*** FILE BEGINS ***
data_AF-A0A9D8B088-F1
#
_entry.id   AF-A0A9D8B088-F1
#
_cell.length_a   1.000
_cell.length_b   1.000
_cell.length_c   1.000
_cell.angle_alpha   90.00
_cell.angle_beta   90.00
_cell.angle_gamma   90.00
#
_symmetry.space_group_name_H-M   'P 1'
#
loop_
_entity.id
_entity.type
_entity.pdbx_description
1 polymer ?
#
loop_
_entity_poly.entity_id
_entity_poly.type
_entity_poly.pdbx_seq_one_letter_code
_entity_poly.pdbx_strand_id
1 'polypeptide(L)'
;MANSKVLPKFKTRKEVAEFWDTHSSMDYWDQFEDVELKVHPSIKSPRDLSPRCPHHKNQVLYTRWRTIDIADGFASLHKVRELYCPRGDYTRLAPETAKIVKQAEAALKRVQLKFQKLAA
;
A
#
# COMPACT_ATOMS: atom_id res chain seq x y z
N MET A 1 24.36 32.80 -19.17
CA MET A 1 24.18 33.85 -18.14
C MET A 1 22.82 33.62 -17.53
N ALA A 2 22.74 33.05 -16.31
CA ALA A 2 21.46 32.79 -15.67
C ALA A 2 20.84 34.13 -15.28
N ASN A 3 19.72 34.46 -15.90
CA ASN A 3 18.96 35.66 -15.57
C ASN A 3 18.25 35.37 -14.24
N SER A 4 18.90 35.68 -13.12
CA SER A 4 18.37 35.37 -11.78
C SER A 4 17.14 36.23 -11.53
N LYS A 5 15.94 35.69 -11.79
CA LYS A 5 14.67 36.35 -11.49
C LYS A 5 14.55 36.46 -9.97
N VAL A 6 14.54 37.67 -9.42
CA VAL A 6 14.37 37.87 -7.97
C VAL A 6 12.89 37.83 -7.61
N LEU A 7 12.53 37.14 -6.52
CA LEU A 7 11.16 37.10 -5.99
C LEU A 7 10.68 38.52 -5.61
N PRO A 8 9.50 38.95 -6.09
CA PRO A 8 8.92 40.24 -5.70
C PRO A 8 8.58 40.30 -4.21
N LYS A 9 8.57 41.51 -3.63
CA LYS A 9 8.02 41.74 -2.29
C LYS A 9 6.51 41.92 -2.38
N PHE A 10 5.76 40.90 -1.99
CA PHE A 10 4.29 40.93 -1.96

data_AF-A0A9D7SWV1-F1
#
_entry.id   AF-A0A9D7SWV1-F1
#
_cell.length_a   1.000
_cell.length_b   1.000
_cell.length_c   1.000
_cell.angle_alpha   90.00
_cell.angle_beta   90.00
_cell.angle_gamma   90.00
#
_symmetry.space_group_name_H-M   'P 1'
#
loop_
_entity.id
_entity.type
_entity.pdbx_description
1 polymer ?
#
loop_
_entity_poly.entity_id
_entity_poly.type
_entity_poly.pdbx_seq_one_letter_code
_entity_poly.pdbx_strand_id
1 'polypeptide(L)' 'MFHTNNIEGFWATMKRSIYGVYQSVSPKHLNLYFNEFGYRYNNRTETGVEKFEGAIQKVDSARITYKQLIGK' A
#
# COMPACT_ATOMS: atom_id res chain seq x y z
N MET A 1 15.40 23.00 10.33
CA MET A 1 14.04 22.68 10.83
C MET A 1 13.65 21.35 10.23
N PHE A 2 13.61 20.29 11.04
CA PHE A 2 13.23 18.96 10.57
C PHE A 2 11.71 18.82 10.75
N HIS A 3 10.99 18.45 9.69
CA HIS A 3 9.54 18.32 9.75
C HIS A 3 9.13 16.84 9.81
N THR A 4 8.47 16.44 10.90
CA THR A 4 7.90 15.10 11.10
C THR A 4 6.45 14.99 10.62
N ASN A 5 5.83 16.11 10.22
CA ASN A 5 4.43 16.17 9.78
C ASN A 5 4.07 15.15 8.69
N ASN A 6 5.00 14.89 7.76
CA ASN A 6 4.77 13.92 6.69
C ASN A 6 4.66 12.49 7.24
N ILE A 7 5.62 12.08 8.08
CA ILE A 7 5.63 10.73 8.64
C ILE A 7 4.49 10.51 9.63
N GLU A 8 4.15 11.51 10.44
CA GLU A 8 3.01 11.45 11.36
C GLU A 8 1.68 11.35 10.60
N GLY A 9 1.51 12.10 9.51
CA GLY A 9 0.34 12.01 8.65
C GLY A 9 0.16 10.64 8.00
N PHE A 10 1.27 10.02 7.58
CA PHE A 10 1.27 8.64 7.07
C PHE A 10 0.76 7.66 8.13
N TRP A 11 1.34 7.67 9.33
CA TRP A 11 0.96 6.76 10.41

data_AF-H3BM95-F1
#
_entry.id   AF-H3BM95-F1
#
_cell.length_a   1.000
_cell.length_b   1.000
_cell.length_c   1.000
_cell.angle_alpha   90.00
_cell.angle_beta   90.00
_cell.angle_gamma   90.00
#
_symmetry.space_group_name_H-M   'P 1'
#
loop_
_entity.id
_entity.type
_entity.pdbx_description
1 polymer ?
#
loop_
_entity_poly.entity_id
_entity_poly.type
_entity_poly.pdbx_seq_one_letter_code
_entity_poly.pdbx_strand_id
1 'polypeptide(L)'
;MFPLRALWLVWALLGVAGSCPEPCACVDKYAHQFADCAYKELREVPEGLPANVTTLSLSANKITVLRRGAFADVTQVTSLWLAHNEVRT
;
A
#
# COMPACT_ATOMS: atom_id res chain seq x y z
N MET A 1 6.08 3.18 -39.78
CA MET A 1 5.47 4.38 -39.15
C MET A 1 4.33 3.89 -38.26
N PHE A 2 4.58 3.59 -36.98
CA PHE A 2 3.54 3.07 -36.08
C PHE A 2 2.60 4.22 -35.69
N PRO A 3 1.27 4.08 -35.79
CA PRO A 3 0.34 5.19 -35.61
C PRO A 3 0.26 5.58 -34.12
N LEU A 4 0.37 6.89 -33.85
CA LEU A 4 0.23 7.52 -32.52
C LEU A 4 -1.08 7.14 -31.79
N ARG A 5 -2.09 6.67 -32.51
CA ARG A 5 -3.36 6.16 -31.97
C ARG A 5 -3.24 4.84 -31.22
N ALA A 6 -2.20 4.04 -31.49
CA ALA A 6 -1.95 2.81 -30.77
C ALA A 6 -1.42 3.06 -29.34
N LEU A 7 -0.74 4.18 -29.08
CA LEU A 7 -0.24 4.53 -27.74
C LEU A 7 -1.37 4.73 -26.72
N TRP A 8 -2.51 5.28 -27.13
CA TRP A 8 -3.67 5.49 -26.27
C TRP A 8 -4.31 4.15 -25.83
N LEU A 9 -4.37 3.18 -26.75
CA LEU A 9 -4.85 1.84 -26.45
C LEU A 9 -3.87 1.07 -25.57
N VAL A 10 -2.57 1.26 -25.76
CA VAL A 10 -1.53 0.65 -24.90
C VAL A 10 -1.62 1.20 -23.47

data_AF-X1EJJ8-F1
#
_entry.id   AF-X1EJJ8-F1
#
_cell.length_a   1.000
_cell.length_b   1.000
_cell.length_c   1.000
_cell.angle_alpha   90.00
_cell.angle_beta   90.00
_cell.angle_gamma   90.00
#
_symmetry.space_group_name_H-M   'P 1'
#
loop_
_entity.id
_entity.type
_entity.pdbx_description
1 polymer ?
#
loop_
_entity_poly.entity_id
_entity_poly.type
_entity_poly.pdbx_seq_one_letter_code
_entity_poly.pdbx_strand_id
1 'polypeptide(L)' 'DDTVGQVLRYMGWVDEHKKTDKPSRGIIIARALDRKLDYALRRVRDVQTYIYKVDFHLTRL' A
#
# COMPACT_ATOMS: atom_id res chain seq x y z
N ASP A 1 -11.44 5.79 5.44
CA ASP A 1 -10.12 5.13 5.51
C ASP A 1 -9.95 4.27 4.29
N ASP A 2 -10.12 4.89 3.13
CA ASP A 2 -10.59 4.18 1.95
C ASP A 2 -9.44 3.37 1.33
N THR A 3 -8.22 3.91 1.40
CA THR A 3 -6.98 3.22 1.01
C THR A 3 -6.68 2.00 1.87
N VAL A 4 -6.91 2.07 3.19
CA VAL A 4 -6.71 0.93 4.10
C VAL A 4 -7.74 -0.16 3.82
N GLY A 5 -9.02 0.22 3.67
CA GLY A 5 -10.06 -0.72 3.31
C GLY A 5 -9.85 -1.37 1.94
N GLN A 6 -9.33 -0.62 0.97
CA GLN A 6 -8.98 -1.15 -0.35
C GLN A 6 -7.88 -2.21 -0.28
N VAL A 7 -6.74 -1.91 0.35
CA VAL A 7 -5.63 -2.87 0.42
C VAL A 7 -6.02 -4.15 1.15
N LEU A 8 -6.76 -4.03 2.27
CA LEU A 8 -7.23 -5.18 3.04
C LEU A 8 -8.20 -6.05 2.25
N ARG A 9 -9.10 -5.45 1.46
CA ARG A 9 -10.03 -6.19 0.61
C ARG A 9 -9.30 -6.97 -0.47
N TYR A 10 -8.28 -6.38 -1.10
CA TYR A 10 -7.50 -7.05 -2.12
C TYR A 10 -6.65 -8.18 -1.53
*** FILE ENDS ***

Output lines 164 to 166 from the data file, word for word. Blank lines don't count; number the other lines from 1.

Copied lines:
N ALA A 6 -2.20 4.04 -31.49
CA ALA A 6 -1.95 2.81 -30.77
C ALA A 6 -1.42 3.06 -29.34